The concept of flexing what is being delivered ensures that the emphasis is on delivering less scope or using lower-priority quality criteria, as opposed to compromising the overall quality level of the final product (as described by the customer’s quality expectations and the associated acceptance criteria).

Compromising the quality level of anything delivered during a project can take many forms but results from such situations as:

  • reduced testing
  • incomplete documentation
  • sub-optimal design
  • lack of appropriate training (e.g. for end-users, customers, support teams)
  • non-compliance with standards.

The result of any compromise to the level of quality can have damaging long-term effects in terms of the total cost of ownership of the final product as it may suffer from:

  • reduced usability
  • significant support requirements
  • degraded performance
  • lack of engagement with the user community.

Therefore, this should be avoided. PRINCE2 Agile protects the level of quality and ensures that deadlines are met by reducing the amount delivered by the project but not reducing activities that ensure that the quality level is met.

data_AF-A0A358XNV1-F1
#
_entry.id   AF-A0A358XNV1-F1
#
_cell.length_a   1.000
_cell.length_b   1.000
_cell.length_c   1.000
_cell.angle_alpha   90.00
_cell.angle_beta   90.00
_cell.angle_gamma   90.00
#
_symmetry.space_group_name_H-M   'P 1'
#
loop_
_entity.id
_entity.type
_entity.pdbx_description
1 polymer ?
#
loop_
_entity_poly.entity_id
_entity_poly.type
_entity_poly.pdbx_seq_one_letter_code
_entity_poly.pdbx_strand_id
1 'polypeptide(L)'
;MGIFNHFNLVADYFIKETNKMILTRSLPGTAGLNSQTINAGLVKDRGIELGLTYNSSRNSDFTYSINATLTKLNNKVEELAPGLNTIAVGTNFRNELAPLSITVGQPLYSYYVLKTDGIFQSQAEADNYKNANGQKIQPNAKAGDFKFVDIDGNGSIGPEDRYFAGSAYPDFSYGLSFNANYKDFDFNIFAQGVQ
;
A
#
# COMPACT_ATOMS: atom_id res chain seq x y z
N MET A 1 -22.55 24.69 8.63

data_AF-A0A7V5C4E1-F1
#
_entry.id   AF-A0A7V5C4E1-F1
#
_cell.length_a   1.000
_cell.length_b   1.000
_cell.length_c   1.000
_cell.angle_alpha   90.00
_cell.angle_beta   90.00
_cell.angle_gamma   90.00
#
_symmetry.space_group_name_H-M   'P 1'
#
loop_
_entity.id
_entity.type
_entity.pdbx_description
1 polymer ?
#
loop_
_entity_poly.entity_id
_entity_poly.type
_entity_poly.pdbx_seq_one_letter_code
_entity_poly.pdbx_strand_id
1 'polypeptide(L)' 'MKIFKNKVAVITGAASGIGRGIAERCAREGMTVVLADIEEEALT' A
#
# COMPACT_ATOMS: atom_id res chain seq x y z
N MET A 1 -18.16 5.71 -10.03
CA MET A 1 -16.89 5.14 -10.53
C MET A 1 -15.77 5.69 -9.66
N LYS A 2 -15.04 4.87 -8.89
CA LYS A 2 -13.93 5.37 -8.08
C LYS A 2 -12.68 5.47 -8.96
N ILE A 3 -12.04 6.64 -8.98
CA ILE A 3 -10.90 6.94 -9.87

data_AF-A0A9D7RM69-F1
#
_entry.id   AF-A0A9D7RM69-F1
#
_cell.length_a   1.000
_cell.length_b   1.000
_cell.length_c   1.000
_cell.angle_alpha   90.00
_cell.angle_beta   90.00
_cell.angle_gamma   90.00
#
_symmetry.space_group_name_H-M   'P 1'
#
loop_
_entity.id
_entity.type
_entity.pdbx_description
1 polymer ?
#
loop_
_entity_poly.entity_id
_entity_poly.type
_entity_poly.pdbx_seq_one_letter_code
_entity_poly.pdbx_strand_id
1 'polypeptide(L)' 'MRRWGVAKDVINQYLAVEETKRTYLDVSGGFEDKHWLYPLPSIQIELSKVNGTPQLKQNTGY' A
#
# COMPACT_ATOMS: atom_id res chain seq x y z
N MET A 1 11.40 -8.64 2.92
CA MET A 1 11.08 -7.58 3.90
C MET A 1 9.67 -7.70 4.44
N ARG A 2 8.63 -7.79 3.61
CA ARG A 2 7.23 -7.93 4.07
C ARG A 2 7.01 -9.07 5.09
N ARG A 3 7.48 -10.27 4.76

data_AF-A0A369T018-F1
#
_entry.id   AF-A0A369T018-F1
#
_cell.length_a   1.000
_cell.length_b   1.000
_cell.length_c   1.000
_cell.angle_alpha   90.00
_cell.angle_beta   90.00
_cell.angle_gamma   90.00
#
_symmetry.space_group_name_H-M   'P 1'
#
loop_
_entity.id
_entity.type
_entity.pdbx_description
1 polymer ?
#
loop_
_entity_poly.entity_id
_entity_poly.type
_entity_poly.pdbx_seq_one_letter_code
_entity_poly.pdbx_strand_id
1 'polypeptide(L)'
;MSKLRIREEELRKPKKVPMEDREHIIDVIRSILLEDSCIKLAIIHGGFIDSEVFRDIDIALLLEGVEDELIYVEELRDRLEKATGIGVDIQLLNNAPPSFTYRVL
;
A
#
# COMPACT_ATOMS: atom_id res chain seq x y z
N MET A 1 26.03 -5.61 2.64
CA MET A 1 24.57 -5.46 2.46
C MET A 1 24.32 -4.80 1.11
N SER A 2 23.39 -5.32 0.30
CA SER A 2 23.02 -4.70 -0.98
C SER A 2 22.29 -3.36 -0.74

6.4.3 Embracing change

Change is inevitable when working on anything difficult so it is best to expect it and prepare for it. Change can take the form of a new idea that has not previously been thought of or a misunderstanding where an assumption proves to be incorrect. Change should be seen as positive because a more accurate final product is likely to be produced.

It is important to distinguish between minor change (e.g. to the detail) and major change (e.g. to the project baseline) because only the former can be handled dynamically and with little overhead. This illustrates the importance of setting the project baseline in the project initiation documentation (PID) at the correct level (e.g. avoiding unnecessary detail early on).

Definition: Trading (or swapping)

The act of handling change by replacing one or more requirements (or features or user stories) with others of a similar size in terms of effort.

Minor change can be handled by flexing what is being delivered through prioritization and trading (or swapping), whereas major change would usually require more formal change control processes and may even necessitate going into exception and/or stopping the project if the business case is no longer viable.

6.4.4 Keeping teams stable: avoid adding new team members

If a project falls behind schedule a traditional response would be to consider the option of increasing the number of people involved in order to speed up progress. If the work being undertaken is reasonably straightforward, this can solve the problem. However, when the work is more challenging it probably will not – particularly in the short term. This is the primary reason why the tolerance for cost is set to zero.